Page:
One of Caltrans' long-term objectives has been to improve the safety of California's local roadway network by assisting local agencies in selecting projects with the maximum safety benefit. With the goal of making the local roadway HSIP entirely data driven, Caltrans' Division of Local Assistance (DLA) staff developed the HSIP Tool through a partnership with the University of California Berkeley's Safe Transportation Research and Education Center and with members of California's Strategic Highway Safety Planning team.
The result is a user-friendly HSIP Tool that makes fair and reliable statewide project selections following Federal guidelines for proven safety countermeasures. The tool also encourages local agencies to put a greater emphasis on roadway safety through network analysis and low-cost safety projects, and works within the context of the State's inconsistent, and not always reliable, local roadway safety data.
Agency: California Department of Transportation
Contact: Ted Davini
The challenge for Commercial Vehicle Enforcement (CVE) has been keeping up with the growth in commercial vehicles. There are more than 12 million registered commercial vehicles in North America today, and the number is growing.
The number of inspection personnel has not grown proportionally however, and increasing the number of random inspections is not sustainable. Additionally, the traditional preliminary screening methodology of forcing vehicles to stop interferes with the flow of commerce, putting additional pressure on inspection personnel.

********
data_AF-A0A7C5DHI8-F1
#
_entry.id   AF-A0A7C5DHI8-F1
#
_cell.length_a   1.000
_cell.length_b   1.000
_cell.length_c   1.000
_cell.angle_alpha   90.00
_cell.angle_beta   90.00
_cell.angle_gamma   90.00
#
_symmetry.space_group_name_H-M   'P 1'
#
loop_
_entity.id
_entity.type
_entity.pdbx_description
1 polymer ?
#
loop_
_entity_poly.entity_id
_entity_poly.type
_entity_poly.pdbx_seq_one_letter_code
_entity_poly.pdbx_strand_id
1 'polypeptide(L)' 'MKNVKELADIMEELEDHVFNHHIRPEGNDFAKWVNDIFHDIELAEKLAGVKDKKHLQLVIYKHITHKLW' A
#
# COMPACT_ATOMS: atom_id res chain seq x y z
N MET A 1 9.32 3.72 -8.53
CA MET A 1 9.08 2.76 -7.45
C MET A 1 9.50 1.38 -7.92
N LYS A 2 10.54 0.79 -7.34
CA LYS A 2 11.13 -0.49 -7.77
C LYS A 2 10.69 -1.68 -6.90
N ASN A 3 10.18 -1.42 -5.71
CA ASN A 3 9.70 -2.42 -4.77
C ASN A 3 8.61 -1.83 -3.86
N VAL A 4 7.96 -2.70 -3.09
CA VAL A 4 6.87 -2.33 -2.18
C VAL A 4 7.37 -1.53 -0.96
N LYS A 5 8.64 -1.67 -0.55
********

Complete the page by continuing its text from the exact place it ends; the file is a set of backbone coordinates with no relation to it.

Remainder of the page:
New Mexico's Smart Roadside Inspection System Program is based on objective free-flow inspection systems and management tools. Traditional inspection is limited by a fixed number of CVE inspectors screening "unsafe looking" or randomly-selected trucks. Electronic screening is based on objective testing criteria which helps level the playing field. Multiple roadside sensors allow automated data collection from passing vehicles without creating transportation slow-downs or stoppages. The sensors can be deployed in conjunction with existing technology.
When the sensors identify a high-risk vehicle, it is checked against safety and security databases for alert flags for enforcement operations. Because this is done automatically, the Smart Roadside Inspection Program allows CVE personnel to focus their resources more efficiently and effectively on trucks that pose the most risk to transportation safety and security without interfering with the flow of commerce. It rewards responsible carriers with free-flow travel and also motivates those who do not maintain or insure their fleets to comply with the law.
Agency: New Mexico DPS MTPD
Contact: Major Ron Cordova
Minnesota's 2007 Strategic Highway Safety Plan noted more than half of the State's traffic fatalities occurred on local roads, which are operated by local communities and counties. Meeting the statewide Toward Zero Deaths goal would not be possible without reducing crashes on those systems.
County highway departments in Minnesota generally do not have experience with carrying out system-wide crash analyses or linking crash causes with mitigation strategies at specific locations. The County Road Safety Plans (CRSP) Program was initiated by the Minnesota Department of Transportation (MnDOT) to more effectively involve local highway agencies in the safety planning process and to provide these agencies with the technical assistance needed to apply for State and Federal funding successfully.